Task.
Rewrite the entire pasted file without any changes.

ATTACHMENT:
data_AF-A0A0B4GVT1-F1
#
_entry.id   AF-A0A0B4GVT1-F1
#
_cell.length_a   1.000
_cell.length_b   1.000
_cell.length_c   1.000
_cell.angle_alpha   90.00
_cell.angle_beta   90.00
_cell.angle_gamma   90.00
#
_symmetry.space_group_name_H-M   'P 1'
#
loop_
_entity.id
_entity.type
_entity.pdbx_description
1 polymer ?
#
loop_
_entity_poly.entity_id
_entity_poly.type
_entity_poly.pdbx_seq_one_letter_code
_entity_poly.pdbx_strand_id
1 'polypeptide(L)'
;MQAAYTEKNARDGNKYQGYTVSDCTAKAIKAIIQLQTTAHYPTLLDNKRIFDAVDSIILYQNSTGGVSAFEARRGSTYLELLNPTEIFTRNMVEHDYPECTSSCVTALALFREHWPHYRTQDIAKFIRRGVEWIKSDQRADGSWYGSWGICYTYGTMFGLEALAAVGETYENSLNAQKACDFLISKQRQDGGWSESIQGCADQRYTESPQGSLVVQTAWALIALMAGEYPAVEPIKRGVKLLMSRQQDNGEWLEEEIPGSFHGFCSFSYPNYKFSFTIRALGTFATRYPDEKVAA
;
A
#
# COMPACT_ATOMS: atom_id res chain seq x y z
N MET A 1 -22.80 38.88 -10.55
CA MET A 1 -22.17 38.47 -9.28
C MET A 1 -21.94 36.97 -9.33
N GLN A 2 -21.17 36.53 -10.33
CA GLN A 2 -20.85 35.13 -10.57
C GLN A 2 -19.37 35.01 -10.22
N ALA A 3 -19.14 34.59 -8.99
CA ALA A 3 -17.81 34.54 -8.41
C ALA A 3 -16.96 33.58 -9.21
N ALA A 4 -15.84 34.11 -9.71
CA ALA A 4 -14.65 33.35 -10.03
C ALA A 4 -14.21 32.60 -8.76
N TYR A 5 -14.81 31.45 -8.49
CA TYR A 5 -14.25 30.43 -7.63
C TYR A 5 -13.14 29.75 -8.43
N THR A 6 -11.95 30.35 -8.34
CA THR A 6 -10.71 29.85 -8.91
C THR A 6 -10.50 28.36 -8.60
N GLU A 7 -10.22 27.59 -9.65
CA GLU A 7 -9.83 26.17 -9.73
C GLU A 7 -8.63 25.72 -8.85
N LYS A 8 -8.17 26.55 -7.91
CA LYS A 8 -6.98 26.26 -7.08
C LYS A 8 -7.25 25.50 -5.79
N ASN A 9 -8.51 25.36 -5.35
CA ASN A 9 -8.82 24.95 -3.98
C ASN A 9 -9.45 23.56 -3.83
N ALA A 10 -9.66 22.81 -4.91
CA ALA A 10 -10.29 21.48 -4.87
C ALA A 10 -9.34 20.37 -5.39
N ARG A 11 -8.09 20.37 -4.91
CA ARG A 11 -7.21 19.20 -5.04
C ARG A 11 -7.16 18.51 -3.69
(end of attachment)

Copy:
data_AF-A0A0B4GVT1-F1
#
_entry.id   AF-A0A0B4GVT1-F1
#
_cell.length_a   1.000
_cell.length_b   1.000
_cell.length_c   1.000
_cell.angle_alpha   90.00
_cell.angle_beta   90.00
_cell.angle_gamma   90.00
#
_symmetry.space_group_name_H-M   'P 1'
#
loop_
_entity.id
_entity.type
_entity.pdbx_description
1 polymer ?
#
loop_
_entity_poly.entity_id
_entity_poly.type
_entity_poly.pdbx_seq_one_letter_code
_entity_poly.pdbx_strand_id
1 'polypeptide(L)'
;MQAAYTEKNARDGNKYQGYTVSDCTAKAIKAIIQLQTTAHYPTLLDNKRIFDAVDSIILYQNSTGGVSAFEARRGSTYLELLNPTEIFTRNMVEHDYPECTSSCVTALALFREHWPHYRTQDIAKFIRRGVEWIKSDQRADGSWYGSWGICYTYGTMFGLEALAAVGETYENSLNAQKACDFLISKQRQDGGWSESIQGCADQRYTESPQGSLVVQTAWALIALMAGEYPAVEPIKRGVKLLMSRQQDNGEWLEEEIPGSFHGFCSFSYPNYKFSFTIRALGTFATRYPDEKVAA
;
A
#
# COMPACT_ATOMS: atom_id res chain seq x y z
N MET A 1 -22.80 38.88 -10.55
CA MET A 1 -22.17 38.47 -9.28
C MET A 1 -21.94 36.97 -9.33
N GLN A 2 -21.17 36.53 -10.33
CA GLN A 2 -20.85 35.13 -10.57
C GLN A 2 -19.37 35.01 -10.22
N ALA A 3 -19.14 34.59 -8.99
CA ALA A 3 -17.81 34.54 -8.41
C ALA A 3 -16.96 33.58 -9.21
N ALA A 4 -15.84 34.11 -9.71
CA ALA A 4 -14.65 33.35 -10.03
C ALA A 4 -14.21 32.60 -8.76
N TYR A 5 -14.81 31.45 -8.49
CA TYR A 5 -14.25 30.43 -7.63
C TYR A 5 -13.14 29.75 -8.43
N THR A 6 -11.95 30.35 -8.34
CA THR A 6 -10.71 29.85 -8.91
C THR A 6 -10.50 28.36 -8.60
N GLU A 7 -10.22 27.59 -9.65
CA GLU A 7 -9.83 26.17 -9.73
C GLU A 7 -8.63 25.72 -8.85
N LYS A 8 -8.17 26.55 -7.91
CA LYS A 8 -6.98 26.26 -7.08
C LYS A 8 -7.25 25.50 -5.79
N ASN A 9 -8.51 25.36 -5.35
CA ASN A 9 -8.82 24.95 -3.98
C ASN A 9 -9.45 23.56 -3.83
N ALA A 10 -9.66 22.81 -4.91
CA ALA A 10 -10.29 21.48 -4.87
C ALA A 10 -9.34 20.37 -5.39
N ARG A 11 -8.09 20.37 -4.91
CA ARG A 11 -7.21 19.20 -5.04
C ARG A 11 -7.16 18.51 -3.69